2016-02-07 Center for Ethics at Harvard explains why wireless is being allowed to proliferate

  • OHIO Another battle won against cell towers that were going to be installed without proper notification and consultation. Once up, even if done illegally, it is difficult to get these things removed because of the power of money.

http://www.journal-news.com/news/news/local/liberty-twp-neighbors-in-cell-tower-fight-show-lit/nqKfw/

  • Below in Letters is one from Kit of Smart Meter Awareness the US, in 2011-2012 the Internal Revenue Service allowed $$meters to be amortized over 5 years!! And Hydro/Fortis that want to be allowed to amortize the costs over 20 years, trying to convince us that these things are not just cheap plastic computers that will have to be replaced long before they are paid for.

 

  • Ronald Powell has collected some excellent resources. I think I circulated this earlier, but I can’t find it in my records, so here it is again.

http://www.scribd.com/doc/291507610/Documents-on-Wireless-Technology-and-Health-by-Ronald-M-Powell-Ph-D

 

  • Going off the Grid:  New things are constantly being developed that will help us cut our ties to Hydro/Fortis. This is the most recent, from Tesla, and the cost is not prohibitive:

“A new version of Tesla’s rechargeable battery system, the Powerwall, is coming this summer.

The Powerwall can store solar energy and provide backup power for your home. The first version, unveiled in 2015, can fit either on the outside or inside the wall of your house. What improvements we will see in the updated version are unclear”

http://www.businessinsider.com/how-teslas-powerwall-works-2016-2

 

  • Many of us are frustrated that Health Canada, Perry Kendall (BC provincial health officer), and other agencies are allowing proliferation of wireless devices, such as $$meters and wifi in school when solid, independent scientific evidence is clear that this is potentially harmful, especially for children. I recommend reading this 59 page document, about how the US FCC and government are run by the corporations. I am sure the same thing applies to Health Canada, government(s) and officials. We need to know what we are up against if we are going to protect our homes and families. It’s time the public knew the truth. A very interesting read.

“CAPTURED AGENCY: How the Federal Communications Commission Is Dominated by the Industries It Presumably Regulates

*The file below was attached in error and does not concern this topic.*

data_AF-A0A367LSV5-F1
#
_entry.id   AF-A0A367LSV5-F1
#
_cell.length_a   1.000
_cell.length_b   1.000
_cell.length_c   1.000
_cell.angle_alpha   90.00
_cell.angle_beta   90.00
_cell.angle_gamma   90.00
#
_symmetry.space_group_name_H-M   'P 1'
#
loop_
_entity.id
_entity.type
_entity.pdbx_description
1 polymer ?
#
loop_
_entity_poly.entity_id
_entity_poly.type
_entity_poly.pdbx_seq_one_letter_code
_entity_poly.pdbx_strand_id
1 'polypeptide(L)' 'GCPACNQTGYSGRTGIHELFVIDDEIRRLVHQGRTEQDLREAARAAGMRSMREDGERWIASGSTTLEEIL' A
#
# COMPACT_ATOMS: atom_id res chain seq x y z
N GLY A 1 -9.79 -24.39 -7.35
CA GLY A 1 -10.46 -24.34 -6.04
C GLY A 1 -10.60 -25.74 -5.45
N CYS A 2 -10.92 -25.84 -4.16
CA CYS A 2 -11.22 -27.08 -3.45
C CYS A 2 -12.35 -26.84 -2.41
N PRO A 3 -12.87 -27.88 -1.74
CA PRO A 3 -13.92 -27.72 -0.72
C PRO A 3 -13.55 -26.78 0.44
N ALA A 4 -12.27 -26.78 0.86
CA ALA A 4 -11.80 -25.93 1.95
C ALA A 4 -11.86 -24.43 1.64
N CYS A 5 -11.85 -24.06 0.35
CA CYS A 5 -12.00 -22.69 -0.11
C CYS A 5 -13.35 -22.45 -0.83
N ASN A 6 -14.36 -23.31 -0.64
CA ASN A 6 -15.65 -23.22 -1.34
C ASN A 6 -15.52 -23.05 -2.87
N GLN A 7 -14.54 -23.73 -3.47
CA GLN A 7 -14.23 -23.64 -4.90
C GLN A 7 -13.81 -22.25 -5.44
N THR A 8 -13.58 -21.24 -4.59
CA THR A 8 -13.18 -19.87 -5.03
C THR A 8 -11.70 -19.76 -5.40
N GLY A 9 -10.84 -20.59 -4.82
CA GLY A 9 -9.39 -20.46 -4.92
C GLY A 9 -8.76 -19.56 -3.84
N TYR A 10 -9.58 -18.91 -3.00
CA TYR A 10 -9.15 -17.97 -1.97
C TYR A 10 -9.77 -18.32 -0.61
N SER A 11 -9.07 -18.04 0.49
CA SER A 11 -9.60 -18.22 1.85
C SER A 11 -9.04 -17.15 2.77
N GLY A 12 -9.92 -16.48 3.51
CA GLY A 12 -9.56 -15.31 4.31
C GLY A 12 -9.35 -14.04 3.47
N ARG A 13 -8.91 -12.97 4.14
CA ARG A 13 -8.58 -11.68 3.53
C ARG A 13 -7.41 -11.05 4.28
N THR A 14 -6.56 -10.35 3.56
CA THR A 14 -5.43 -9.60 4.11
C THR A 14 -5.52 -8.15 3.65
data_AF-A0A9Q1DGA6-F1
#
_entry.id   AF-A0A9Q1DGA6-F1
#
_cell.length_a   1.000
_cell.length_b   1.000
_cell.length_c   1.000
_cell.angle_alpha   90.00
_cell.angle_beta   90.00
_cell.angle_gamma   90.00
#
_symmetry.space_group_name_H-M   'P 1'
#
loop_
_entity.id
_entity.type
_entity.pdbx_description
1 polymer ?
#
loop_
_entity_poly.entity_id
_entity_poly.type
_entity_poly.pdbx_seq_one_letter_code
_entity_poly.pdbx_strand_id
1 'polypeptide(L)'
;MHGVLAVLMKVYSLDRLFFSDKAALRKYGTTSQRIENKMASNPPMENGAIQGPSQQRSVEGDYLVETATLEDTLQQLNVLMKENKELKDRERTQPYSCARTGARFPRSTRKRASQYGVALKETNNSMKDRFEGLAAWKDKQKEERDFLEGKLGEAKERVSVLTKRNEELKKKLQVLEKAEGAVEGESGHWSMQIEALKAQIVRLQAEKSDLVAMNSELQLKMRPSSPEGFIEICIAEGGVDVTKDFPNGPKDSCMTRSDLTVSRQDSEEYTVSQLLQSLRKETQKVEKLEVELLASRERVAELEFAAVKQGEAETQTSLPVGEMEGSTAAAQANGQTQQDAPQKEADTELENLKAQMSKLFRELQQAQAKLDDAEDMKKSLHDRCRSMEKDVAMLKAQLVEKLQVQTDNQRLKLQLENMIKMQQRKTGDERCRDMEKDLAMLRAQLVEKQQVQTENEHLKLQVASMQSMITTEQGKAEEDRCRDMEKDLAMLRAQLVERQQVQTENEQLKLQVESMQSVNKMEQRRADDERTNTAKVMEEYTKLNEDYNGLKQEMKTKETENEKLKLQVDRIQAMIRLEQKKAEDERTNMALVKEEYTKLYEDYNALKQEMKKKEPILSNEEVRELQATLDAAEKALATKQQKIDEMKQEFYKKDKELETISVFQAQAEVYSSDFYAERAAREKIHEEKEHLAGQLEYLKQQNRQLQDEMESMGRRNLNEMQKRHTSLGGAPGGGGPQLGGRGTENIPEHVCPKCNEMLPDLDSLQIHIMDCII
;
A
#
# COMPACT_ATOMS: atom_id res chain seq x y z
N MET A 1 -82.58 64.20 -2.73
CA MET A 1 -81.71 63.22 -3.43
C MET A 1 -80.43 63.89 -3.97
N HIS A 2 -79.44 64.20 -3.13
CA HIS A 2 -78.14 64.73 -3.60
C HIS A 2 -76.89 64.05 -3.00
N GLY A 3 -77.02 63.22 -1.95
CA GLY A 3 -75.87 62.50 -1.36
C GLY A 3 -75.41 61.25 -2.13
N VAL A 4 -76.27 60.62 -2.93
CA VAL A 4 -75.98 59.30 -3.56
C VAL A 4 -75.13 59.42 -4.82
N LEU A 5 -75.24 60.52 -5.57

http://ethics.harvard.edu/files/center-for-ethics/files/capturedagency_alster.pdf *****************************

Letters:

In October I wrote the article, Congressional Testimony: ‘Smart’ meters have a life of 5 to 7 years., based upon testimony I found from October 21, 2015.

Although the headline was that smart meters have a life of 5 to 7 years based upon the quote from Congressional testimony by a utility executive, my article also quoted information from the Ontario Auditor General that the smart meter lifetime 15-year estimate is overly optimistic and that smart meters are likely to be obsolete in the timeframe of six to 10 years.

It was also mentioned from various sources that analog meters are expected to last anywhere from 20 to 40 years.

Activists from the Seattle area forwarded me a link to a 2012 IRS National Office Technical Advice Memorandum which provides favorable tax treatment for what would appear to be today’s version of a programmable, networked, 2-way communicating smart meter, referred to as “Meter 2” within the IRS Memorandum.

 

Specifically, smart meters (as Meter 2) have “a class life of 6 years” based upon a determination that they fall within the classification of an “information system.”

Based upon the information from my blog article I have since generally stated that I consider smart meters as having an expected lifetime of somewhere between 5 to 10 years, considerably less than the assumptions that utilities use within cost benefit analyses.  The IRS Memo further supports this assertion.

The IRS Memo supports the technological nature of smart meters as “information systems” that have fairly short expected lifetimes and would appear to allow utilities to depreciate smart meters in the U.S. over a period of 5 years where they may have elsewhere assumed they will have a useful lifetime of 15 to 20 years for business case purposes.

So there appears to be a sleight of hand here; let me use 15 to 20 years for my business case, but then also let me depreciate the meter over 5 years for tax purposes.  But we can’t be sure that the IRS Memo is still in effect today.  But the one link below is directly from the IRS website.

http://www.pwc.com/us/en/tax-services/newsletters/alternative-renewable-energy/certain-smart-meters-can-depreciated-over-five-years.html

https://www.irs.gov/pub/irs-wd/1244015.pdf

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Newsletter prepared by Sharon Noble

 

“Unthinking respect for authority is the greatest enemy of truth.”  Albert Einstein